One of my front wheels has 1/2" tenon wood spokes and the other 5/8". Fortunately I noticed before I ordered new spokes. Anyone have any theory about why they made two different sizes? I'm starting an experiment to see which size lasts longer. Come back in 90 years and I'll report my results.
Ford wheels used 1/2 tenon (.531 actually) while Hayes used the 5/8 size. So far as I know - Ford never actually sold spokes - just whole wheels which could have been made by Ford or Hayes or Pruddin and perhaps others.
Wow that press is a work of art itself. Very cool.
Arthur, where did you get such a coarse threaded rod for your press?
I'm not Arthur but I know Acme.
Thanks Tom. That broad threaded rod is the way to go for a wheel press..
Story about the thread stock-- a local metal supplier ordered it for someone to make cider presses, but they never picked it up. So they gave it to my friend who is a welder. I'll be screwing it together this morning-- all leftover material except for one of the special nuts to mate with that thread.
Happy to hear Tim's comments about the threads. I am a little worried there won't be enough mechanical advantage. The handles can be lengthened with pipe if I need more power. I've never done this so not sure what to expect.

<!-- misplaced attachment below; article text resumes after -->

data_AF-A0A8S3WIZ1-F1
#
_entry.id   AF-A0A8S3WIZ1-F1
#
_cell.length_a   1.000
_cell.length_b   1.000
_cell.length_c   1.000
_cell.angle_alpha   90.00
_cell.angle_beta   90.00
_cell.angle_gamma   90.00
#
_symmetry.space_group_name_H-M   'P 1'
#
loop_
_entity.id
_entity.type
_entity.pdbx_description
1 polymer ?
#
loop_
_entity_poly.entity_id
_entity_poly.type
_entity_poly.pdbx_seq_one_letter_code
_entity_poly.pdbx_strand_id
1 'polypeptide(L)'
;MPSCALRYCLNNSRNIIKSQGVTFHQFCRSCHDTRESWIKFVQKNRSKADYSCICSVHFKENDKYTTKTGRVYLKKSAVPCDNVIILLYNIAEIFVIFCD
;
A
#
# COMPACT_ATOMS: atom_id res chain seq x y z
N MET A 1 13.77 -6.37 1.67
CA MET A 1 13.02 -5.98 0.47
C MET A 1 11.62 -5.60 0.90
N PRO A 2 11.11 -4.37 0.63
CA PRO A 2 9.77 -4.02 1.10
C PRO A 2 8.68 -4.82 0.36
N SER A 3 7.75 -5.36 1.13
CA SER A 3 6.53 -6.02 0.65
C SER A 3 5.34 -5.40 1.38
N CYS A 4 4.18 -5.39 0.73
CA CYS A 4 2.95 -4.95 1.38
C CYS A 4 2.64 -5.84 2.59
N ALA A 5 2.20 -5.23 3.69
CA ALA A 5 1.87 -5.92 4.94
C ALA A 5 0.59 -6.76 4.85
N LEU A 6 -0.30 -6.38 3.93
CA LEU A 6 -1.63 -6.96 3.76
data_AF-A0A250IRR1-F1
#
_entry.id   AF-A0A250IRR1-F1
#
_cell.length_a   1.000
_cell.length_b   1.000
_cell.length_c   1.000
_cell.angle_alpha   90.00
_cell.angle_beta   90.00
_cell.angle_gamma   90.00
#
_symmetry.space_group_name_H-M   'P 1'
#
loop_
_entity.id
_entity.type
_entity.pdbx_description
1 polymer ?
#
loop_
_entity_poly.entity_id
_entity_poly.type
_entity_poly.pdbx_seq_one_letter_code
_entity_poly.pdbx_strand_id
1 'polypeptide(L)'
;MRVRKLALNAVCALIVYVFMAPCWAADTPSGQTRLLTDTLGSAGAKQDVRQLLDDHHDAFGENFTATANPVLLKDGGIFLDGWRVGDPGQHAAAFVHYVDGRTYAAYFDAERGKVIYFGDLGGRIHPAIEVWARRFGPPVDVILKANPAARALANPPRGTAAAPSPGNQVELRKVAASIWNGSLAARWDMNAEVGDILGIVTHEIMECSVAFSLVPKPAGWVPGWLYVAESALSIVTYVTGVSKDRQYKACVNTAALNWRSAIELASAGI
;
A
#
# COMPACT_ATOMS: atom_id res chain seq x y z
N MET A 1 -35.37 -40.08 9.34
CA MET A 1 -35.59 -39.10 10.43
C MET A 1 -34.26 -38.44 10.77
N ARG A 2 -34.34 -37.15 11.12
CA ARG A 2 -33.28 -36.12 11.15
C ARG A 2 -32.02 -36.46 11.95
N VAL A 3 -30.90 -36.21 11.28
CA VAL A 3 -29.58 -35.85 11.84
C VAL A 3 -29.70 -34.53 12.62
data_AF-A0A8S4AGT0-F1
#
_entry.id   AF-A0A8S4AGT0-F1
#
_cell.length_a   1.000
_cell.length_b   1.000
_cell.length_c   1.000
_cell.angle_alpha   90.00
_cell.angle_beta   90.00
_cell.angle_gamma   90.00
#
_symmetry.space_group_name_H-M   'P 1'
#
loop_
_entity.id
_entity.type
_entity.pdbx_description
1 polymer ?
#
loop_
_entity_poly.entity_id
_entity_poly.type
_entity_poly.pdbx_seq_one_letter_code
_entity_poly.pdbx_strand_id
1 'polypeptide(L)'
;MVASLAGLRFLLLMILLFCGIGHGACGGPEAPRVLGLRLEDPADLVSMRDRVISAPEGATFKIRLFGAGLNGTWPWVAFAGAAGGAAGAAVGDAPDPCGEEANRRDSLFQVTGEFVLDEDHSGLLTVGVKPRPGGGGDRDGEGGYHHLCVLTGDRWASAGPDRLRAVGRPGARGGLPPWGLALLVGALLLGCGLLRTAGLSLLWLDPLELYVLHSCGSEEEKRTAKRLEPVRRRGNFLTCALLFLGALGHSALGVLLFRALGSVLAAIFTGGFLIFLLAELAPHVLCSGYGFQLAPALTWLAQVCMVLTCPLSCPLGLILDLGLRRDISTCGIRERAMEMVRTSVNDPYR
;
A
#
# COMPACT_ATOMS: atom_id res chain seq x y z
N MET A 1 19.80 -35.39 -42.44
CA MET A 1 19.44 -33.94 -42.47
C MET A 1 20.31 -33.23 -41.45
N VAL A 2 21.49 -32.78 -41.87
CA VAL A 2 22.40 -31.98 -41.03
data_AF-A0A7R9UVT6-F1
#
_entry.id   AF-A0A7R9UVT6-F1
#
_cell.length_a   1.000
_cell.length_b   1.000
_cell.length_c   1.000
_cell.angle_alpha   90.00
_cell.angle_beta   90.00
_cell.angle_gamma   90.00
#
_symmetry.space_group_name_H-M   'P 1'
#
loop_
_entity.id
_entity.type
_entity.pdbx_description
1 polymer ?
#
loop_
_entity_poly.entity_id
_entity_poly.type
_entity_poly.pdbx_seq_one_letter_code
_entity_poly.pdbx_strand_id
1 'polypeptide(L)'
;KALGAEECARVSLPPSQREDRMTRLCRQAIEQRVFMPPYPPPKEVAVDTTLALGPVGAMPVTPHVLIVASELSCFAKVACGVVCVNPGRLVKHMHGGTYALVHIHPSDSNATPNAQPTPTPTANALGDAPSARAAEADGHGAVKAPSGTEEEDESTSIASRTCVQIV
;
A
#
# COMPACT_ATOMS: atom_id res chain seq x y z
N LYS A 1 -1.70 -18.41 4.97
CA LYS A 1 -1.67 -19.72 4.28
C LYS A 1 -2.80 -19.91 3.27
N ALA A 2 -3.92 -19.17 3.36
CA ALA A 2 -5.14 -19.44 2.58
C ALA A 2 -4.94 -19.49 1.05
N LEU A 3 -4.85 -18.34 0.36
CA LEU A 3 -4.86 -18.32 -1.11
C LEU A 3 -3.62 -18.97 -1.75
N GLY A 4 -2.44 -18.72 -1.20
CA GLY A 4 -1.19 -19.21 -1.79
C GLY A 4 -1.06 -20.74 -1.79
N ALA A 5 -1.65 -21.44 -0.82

Arthur, are u using one 3/4 plywood on the press? and a bar across , will the presure be only across the center bar and force the sides down?? and cause the fellow to flex when forced ---just asking
lorenzo, my theory is that the 1/2" steel bar stock bolted to the plywood (dense furniture grade) will be as rigid as 4 sheets of cheap 3/4", but I don't know that for sure. There are now 2 dozen 3 1/2" screws tying it all together. I'll be very surprised if it flexes, but I can clamp it to a welding table if necessary. That will transfer forces to the center of the earth.
After reading all the posts and watching the videos, it sounds like the critical element is stabilizing the hub. Everything else has a bit of float to it so it can center as the hub presses down. I plan to use a "corex" (corrugated plastic election sign) disk to hold up the spokes.
I still have to press in cups and paint the metal parts before we see how this works.
Interesting spoke data...thanks John. When researching my 12 Town Car project, I inspected 2 very complete T/C survivors....one was the 1912 in Oblong Illinois, the other was a 1911 in France. Both cars have what are believed by their owners to be their original wood wheels, where both display "H" fellow plates. These spokes have greater mid spoke section area and are oval in shape, versus the tear-drop shape typical of the Prudden wheel. Does it seem plausible that these beefier series wheels were designated for the heavier Town Car and Delivery Car service bodies?